“The Great Recession was devastating for many institutions and state budgets,” said Eileen Klein, President of the Arizona Board of Regents and Chair of SHEEO’s Executive Committee. “Many of our elected leaders realize the benefits that higher education brings to our country; however, returning to pre-recession funding levels is not viable for many states. This is an era that calls for innovation among colleges and universities to develop new revenue streams to ensure our institutions remain competitive while counting on states to provide their fair share of funds for higher education – dollars that ultimately benefit students and our country’s future workforce.”
2. State financial aid for students attending public institutions reached an all-time high. States allocated an average of $673 in financial aid per full-time student in FY 2017. What’s more, state financial aid has increased 86 percent since 2000 and now represents 8.8 percent of overall educational appropriations. To respond to this trend, this year’s edition of the SHEF report includes a new chart that allows readers to compare changes in appropriations for state public aid over time.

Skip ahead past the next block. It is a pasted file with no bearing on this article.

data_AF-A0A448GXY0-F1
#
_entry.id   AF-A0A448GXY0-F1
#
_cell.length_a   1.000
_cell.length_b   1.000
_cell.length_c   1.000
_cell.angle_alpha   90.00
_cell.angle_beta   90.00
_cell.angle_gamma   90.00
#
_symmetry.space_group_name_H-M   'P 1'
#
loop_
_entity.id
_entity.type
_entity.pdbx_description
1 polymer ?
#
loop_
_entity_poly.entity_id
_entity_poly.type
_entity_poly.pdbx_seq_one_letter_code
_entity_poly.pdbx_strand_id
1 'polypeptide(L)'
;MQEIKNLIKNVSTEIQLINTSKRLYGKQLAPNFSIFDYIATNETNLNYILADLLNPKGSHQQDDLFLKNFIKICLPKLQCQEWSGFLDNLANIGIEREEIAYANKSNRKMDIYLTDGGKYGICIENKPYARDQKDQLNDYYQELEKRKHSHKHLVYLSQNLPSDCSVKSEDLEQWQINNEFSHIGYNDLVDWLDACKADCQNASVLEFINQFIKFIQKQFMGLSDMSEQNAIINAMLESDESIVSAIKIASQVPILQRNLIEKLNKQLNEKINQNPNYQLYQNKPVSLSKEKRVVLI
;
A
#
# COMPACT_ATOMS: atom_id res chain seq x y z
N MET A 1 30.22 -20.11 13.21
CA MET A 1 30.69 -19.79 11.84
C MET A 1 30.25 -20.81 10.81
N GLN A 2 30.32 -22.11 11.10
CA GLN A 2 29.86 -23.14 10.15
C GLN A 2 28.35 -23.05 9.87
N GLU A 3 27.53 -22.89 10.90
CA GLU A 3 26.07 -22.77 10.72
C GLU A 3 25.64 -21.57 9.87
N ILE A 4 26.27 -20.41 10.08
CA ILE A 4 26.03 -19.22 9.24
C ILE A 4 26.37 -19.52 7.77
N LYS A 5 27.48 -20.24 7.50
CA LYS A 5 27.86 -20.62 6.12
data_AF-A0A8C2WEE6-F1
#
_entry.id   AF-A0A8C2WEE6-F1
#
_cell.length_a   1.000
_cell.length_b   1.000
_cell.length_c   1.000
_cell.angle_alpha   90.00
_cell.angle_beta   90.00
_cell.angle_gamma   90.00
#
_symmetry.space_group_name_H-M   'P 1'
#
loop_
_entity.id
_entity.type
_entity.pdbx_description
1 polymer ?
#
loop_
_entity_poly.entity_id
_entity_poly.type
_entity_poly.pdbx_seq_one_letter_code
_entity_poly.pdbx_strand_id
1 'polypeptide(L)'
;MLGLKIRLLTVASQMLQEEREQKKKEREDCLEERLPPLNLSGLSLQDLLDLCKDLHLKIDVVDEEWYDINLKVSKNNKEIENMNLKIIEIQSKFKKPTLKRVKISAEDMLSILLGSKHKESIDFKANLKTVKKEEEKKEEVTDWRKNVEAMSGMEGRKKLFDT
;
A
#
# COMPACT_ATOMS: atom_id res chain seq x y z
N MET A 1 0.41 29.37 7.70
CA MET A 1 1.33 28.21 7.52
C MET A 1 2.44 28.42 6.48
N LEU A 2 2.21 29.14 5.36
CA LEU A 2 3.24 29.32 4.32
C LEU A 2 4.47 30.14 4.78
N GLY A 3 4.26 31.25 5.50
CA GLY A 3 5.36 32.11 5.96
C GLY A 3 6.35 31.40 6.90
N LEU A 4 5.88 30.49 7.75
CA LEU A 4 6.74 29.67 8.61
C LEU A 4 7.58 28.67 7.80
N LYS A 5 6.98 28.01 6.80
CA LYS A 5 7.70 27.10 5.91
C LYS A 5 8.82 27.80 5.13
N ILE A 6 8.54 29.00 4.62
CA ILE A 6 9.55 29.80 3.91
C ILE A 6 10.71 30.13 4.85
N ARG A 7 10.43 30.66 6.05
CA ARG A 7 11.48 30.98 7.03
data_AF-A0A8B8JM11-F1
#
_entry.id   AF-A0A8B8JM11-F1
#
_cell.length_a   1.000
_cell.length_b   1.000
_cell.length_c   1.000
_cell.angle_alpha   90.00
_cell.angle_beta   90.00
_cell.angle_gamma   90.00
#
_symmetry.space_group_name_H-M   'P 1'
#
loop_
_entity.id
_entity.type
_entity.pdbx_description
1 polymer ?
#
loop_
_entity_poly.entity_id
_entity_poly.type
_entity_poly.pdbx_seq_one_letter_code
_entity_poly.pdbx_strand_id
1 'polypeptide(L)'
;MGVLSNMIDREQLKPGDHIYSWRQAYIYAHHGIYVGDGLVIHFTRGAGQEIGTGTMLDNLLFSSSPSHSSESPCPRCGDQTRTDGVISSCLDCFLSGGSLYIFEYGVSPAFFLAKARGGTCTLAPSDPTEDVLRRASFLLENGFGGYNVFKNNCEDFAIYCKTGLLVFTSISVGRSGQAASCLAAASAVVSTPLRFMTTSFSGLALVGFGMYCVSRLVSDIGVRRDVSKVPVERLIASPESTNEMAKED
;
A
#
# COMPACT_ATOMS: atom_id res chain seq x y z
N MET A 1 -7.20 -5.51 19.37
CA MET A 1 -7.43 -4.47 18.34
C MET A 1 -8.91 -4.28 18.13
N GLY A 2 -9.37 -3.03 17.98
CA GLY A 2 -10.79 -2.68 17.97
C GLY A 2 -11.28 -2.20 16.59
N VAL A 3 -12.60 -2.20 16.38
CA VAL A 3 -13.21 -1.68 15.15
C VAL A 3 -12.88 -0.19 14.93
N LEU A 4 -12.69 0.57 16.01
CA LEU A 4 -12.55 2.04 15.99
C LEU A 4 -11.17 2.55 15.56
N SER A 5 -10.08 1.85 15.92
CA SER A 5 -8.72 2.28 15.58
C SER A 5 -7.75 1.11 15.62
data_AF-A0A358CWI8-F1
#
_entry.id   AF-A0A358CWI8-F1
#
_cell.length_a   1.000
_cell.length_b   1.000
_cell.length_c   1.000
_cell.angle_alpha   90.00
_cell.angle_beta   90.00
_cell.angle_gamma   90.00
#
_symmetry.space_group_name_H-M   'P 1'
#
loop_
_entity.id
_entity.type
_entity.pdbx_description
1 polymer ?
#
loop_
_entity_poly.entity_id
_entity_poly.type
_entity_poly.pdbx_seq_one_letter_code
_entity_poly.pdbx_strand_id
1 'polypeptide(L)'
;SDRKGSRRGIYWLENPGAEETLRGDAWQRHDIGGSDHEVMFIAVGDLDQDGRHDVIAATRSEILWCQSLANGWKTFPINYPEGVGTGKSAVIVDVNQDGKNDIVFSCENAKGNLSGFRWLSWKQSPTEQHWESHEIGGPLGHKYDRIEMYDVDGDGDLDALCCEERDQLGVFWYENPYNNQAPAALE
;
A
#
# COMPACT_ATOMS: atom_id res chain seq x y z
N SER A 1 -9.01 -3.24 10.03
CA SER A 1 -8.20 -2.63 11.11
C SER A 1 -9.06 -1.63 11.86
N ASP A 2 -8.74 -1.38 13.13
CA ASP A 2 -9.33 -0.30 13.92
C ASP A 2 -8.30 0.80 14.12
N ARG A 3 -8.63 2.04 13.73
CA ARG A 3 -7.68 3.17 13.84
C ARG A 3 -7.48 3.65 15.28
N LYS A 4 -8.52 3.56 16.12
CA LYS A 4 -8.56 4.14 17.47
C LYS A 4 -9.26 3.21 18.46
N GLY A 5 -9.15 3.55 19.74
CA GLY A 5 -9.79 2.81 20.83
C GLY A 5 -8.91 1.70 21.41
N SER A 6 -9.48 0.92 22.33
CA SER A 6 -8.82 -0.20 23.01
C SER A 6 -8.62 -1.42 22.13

“We’re encouraged to see states protect and increase their commitments to financial aid, even as they navigate challenging budget environments and funding realities,” said Andy Carlson, Vice President of Finance Policy and Member Services at SHEEO. “As policymakers continue to consider ways to make the most efficient use of their resources, focusing their scarce aid dollars on the students who need it the most is one key way that states can promote access and success for students who might not otherwise be able to afford education beyond high school.”
3. For the first time, more than half of all states relied more on tuition than on government appropriations to finance their systems of higher education. Net tuition revenue contributed $72.3 billion of public higher education funding in FY 2017, accounting for 46.4 percent of total educational revenue nationally – up from 35.8 percent before the Great Recession. In 28 states, more than 50 percent of total educational revenues came from tuition. Net tuition revenue per FTE, driven both by changes in tuition rates and enrollment composition, increased in constant dollars in 33 states.